For the past year, the humanitarian group Doctors Without Borders has been trying to raise the awareness of Americans about the lack of essential medicines in developing countries. The group says “a silent crisis of massive proportions” is killing 14 million people every year. Its campaign includes a traveling exhibit, and its final stop on a 30-city tour is Washington, D-C.
Doctors Without Borders says new drugs are needed to fight five major diseases ravaging poor countries: sleeping sickness, malaria, tuberculosis, HIV/AIDS and the parasitic disease called kala azar. It calls them the “neglected diseases.”
Executive Director Nicolas de Torrente is calling on the US government and the pharmaceutical industry to devote new resources to finding effective and affordable treatments.
He says, "None of the eleven largest pharmaceutical companies has put a drug on the market for sleeping sickness, kala azar or chagas disease in the last five years, not a single one. There are hardly any new compounds in the development pipeline. On the other hand, we know from the pharmaceutical industry itself that there are currently eight new drugs for impotence and erectile dysfunction being developed, seven for obesity and four for sleep disorder."
Chagas disease, named by Mr. de Torrente, is a parasitic disease only found in Latin America. It causes fatal damage to the heart and digestive tract in many of those infected.
A trailer containing the Doctors Without Borders exhibit is parked on the National Mall in sight of the US Capitol building. Mr. De Torrente says the expo gives patients a voice.
He says, "What the patients in this exhibit are asking is really a very simple question. What are my treatment options? I have these diseases, how can I be treated? And the simple message that comes out of it is that even when they do see a doctor, many patients continue to die unnecessarily because the effective medicines that could save them are just not available."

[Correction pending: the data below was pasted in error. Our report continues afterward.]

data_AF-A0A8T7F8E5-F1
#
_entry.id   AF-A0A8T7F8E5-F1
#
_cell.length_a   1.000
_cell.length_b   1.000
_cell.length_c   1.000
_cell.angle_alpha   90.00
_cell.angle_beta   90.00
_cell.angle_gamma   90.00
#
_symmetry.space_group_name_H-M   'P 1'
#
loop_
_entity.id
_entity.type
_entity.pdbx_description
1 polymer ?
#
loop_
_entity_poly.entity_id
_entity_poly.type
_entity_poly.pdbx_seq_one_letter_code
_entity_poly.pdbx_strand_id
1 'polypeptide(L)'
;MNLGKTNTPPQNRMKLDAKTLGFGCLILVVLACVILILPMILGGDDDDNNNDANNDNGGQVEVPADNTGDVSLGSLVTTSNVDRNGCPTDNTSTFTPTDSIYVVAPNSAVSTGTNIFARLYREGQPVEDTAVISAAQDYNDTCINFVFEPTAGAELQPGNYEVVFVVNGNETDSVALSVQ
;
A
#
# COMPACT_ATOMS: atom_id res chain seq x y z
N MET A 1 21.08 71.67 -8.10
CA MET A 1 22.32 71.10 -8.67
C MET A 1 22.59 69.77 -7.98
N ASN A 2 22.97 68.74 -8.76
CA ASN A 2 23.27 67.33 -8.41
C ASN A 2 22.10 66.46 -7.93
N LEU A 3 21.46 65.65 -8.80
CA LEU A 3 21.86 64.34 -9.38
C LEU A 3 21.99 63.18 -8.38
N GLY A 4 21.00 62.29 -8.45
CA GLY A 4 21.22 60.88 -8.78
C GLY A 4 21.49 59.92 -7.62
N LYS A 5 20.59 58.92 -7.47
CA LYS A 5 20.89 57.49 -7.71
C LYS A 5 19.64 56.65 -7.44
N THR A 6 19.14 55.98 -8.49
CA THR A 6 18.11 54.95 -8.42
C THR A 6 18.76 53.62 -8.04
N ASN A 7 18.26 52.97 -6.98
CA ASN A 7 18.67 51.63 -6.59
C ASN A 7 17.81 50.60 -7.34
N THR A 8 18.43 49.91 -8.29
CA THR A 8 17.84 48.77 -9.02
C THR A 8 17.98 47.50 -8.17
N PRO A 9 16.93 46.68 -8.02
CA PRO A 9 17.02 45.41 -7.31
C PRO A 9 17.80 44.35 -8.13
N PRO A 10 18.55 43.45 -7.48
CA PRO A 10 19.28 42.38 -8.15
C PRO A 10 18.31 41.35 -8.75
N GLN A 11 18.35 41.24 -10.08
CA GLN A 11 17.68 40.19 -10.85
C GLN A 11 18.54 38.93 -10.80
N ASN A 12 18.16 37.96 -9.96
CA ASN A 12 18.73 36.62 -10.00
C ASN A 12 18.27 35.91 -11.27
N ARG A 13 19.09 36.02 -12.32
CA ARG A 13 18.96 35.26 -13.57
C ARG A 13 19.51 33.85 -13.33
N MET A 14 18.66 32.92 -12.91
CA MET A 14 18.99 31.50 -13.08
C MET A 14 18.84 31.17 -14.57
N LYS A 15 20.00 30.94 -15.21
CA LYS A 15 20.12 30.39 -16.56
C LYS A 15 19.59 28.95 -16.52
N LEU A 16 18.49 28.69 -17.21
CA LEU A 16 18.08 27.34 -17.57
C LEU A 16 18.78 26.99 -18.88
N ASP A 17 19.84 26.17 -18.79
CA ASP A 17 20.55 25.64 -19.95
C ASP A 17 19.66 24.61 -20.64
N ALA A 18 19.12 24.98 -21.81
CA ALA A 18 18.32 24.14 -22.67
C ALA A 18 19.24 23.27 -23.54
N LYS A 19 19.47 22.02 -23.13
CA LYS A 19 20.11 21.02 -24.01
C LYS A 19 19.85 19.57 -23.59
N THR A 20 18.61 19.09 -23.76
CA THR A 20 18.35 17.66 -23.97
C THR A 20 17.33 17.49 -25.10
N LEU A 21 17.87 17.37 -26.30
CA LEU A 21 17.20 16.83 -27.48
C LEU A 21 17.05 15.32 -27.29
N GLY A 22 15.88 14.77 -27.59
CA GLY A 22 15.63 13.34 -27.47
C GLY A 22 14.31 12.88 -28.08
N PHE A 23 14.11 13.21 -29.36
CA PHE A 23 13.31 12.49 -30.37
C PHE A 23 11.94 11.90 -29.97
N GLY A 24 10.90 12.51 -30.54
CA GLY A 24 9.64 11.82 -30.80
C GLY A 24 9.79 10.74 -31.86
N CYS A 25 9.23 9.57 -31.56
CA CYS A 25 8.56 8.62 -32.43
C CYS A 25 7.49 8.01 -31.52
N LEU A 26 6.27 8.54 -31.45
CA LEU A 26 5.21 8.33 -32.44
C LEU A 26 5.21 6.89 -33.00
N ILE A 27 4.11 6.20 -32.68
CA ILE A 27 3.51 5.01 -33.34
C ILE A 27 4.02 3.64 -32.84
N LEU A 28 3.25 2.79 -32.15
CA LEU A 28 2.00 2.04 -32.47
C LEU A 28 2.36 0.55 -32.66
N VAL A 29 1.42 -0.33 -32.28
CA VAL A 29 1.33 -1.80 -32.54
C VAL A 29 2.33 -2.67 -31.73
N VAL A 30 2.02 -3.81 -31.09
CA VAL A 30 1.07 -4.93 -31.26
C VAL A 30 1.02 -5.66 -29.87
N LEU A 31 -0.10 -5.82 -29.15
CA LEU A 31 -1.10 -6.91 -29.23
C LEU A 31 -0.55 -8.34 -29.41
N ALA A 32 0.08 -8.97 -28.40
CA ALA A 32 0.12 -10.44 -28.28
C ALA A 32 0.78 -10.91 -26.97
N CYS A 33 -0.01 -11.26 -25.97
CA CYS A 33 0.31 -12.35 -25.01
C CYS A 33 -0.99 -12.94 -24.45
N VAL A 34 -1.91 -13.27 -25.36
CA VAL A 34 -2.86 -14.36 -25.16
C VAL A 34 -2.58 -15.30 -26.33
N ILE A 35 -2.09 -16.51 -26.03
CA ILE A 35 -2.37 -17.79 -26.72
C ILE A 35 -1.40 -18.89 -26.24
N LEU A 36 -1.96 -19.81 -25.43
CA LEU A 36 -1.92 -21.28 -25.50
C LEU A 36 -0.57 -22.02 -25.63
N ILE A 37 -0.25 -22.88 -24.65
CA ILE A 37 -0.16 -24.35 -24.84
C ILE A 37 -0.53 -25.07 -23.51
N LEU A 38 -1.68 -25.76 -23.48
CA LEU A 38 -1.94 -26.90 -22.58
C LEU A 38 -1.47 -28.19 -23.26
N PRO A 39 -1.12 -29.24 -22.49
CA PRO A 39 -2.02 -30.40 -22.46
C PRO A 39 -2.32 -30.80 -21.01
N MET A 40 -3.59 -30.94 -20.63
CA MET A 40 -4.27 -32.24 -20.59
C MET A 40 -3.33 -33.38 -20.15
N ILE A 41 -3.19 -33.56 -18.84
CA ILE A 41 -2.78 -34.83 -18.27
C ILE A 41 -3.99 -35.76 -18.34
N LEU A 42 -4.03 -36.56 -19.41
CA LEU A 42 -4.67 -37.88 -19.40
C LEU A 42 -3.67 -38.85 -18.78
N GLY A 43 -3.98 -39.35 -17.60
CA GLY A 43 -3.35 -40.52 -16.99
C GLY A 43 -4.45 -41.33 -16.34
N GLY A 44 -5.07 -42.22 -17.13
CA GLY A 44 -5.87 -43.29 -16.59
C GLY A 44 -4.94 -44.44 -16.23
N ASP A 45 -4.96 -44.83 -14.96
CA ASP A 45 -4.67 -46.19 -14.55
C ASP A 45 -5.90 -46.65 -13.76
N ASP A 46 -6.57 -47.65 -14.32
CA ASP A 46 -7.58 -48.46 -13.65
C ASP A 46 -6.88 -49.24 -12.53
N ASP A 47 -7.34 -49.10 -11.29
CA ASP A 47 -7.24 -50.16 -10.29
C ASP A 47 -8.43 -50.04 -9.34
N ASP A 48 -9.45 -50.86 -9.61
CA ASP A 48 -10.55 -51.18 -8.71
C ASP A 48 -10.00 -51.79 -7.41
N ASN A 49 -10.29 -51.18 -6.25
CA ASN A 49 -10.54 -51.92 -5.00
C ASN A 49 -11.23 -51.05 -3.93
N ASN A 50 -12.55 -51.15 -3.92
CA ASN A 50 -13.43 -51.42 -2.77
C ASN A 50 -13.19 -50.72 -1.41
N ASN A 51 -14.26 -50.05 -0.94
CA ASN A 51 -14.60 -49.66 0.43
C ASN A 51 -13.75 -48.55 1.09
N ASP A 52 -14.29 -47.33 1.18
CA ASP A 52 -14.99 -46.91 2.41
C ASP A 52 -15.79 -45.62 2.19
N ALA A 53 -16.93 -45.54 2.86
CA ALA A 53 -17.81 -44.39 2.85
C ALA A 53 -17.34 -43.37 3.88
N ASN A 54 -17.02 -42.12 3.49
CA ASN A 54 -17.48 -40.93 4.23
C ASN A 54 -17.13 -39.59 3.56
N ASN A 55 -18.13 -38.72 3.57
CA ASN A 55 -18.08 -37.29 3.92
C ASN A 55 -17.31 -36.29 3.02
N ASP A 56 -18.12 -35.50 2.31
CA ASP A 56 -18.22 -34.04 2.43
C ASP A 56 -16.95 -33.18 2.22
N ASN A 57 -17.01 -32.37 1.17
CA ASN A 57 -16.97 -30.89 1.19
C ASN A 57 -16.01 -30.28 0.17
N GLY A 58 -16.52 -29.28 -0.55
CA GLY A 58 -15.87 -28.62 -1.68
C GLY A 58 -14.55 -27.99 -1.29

Dr. Jill Seaman is a volunteer with Doctors Without Borders who has spent over 13 years in southern Sudan treating people infected with kala azar. She first arrived in the country illegally, her plane landing in a remote, rural area. She says she soon found out that over half the population in the area had died from kala azar, which is spread by tiny sand flies. She says the effects of the disease are terrible.
She says, "For instance, adults who walk with this disease weigh between sixty and ninety pounds (27 to 41 kilograms) and they’re taller than I am. They have fevers up to 104 (degrees F or 40 degrees Celsius). They have about a quarter of my supply of blood in their bodies and they’re really sick. And their bodies are in fact literally being eaten away by this parasitic disease."
Dr. Seaman treats her patients with a drug first used in the early 1900’s. Patients must endure 30 painful injections a day for a month to be cured. She says a better treatment is needed.
As part of the Doctors Without Borders campaign, petitions containing 30-thousand signatures of Americans were presented to the White House. The petitions were actually turned in by a group of children belonging to “Kids for World Health.” Ten-year-old Jake Feinman (FINE-man)is a co-founder of the group.
He says, "Fifteen classmates and myself founded this organization three years ago when we were studying Africa and learned that thousands of people die each year from sleeping sickness. We also learned that a cure exists, but is not available to most people in Africa. We believe that our government has the resources and the responsibility to make these drugs accessible."
The motto of the children’s group is “Life is important for all people, rich or poor.”
Rachel Cohen, US director of the Doctors Without Borders Access to Essential Medicines campaign, says progress is being made.
She says, "I think that with many other organizations and individuals throughout the world, we helped to raise awareness about this crisis and to put it on the political agenda in general. It’s being discussed at the World Trade organization, at the World Health Organization; at the G-8 summit there will be items related to health and access to medicines. And I think we’ve all contributed to raising awareness about the issue. What we need now is the serious political attention of the world’s leaders, both in developing countries and in wealthy nations like the US."
Doctors Without Borders says the message to policymakers is very clear – the current system of research and development is failing.